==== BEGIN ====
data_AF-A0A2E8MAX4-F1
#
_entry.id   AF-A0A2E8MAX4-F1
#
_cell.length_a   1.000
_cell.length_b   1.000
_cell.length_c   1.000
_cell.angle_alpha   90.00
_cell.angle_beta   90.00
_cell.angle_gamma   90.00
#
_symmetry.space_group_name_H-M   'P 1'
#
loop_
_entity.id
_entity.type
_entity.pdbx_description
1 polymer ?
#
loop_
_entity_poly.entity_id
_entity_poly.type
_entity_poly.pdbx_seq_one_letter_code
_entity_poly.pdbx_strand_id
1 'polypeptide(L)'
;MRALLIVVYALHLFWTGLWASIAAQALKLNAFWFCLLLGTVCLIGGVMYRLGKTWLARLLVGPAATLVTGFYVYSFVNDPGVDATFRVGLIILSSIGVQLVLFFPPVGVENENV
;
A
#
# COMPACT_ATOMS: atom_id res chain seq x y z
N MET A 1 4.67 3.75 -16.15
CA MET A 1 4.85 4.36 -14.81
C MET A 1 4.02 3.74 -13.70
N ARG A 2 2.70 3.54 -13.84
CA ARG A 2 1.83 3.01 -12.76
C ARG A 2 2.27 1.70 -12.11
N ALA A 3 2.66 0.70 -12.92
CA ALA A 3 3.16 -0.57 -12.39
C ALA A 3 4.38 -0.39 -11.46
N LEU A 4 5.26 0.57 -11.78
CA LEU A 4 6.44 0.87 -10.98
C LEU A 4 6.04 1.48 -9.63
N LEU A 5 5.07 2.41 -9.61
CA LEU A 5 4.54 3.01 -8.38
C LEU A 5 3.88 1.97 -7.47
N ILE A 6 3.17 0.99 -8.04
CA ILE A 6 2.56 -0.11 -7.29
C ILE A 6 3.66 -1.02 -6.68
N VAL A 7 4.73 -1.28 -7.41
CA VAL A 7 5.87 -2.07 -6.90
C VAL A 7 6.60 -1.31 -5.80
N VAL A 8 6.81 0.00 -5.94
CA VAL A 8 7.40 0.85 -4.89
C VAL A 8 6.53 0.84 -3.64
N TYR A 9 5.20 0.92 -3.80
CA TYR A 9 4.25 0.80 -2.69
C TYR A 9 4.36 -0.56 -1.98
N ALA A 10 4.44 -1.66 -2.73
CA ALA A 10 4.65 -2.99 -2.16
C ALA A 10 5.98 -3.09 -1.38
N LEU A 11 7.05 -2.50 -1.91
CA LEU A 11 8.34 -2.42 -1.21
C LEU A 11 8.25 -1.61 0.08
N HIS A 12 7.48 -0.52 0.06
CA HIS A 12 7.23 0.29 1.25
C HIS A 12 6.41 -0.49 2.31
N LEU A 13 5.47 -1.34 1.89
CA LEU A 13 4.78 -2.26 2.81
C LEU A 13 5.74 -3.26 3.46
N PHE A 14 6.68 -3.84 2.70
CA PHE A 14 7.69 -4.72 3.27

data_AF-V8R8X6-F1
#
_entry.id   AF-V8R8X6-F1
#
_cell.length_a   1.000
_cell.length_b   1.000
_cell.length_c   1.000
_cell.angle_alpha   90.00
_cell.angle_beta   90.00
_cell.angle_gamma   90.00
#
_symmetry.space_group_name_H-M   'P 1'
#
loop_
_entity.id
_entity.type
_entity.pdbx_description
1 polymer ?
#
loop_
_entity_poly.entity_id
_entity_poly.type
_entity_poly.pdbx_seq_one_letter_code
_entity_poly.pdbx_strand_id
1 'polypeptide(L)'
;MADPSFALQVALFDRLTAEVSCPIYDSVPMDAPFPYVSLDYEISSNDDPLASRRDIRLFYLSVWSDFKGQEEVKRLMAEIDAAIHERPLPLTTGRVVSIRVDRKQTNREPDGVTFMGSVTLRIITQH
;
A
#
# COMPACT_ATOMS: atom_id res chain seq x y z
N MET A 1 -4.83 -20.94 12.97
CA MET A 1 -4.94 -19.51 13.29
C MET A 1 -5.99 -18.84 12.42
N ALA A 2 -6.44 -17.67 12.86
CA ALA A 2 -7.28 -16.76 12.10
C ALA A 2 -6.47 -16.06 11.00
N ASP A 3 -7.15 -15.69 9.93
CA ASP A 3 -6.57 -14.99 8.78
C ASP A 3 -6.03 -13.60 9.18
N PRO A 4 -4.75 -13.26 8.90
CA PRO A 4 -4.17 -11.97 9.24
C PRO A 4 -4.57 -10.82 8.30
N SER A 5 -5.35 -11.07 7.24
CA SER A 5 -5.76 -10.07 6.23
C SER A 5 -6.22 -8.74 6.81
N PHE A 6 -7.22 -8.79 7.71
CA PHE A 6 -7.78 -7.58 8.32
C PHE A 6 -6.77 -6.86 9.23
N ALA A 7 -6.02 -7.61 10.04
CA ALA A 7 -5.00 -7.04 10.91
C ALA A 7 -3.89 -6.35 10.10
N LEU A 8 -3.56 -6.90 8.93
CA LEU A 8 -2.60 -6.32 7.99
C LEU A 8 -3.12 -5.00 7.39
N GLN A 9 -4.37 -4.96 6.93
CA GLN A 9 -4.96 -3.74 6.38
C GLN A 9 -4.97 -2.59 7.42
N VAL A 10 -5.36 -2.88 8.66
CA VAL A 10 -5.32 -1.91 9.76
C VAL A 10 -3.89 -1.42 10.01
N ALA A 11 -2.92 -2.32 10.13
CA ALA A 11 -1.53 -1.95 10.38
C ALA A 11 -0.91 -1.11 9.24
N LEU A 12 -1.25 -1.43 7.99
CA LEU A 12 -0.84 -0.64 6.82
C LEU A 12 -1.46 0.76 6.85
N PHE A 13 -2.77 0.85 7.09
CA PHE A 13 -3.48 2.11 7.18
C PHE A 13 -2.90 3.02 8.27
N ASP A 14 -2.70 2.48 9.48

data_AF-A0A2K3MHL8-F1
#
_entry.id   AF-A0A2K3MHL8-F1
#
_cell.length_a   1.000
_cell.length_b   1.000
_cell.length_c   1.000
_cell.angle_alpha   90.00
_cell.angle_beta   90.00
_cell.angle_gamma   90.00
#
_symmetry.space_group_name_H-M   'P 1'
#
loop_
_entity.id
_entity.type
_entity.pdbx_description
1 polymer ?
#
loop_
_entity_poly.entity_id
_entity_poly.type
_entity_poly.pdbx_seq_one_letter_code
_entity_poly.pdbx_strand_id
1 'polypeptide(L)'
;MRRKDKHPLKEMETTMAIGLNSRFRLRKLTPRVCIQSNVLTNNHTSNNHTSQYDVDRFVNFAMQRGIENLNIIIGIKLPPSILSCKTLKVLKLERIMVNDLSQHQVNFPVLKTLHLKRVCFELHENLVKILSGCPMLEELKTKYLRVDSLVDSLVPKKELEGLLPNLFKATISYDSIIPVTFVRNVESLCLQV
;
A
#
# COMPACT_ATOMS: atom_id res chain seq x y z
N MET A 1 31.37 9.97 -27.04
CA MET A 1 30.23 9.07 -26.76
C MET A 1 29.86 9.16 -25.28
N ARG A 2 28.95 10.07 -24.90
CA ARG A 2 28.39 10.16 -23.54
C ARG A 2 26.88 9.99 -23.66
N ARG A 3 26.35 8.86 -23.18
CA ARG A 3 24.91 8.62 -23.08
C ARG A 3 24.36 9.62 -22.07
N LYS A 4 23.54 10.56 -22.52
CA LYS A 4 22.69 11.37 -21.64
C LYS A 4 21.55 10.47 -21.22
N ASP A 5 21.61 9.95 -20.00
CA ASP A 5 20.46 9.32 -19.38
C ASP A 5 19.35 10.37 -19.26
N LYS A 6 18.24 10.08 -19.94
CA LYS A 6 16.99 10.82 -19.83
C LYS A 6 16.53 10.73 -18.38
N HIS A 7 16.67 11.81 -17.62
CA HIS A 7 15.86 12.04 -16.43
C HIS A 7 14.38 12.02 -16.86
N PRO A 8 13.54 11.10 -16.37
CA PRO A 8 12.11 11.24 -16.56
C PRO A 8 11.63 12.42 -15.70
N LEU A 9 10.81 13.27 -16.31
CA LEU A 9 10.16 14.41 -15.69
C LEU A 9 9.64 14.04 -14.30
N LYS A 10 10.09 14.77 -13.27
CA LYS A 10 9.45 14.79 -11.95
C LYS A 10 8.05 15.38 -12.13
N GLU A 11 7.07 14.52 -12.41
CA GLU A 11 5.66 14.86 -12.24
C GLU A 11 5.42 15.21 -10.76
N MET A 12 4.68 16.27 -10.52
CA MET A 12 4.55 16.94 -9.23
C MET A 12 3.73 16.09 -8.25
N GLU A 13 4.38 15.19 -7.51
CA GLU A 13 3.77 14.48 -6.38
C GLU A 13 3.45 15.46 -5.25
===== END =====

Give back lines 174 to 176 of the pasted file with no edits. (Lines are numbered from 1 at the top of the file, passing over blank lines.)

C MET A 1 29.86 9.16 -25.28
N ARG A 2 28.95 10.07 -24.90
CA ARG A 2 28.39 10.16 -23.54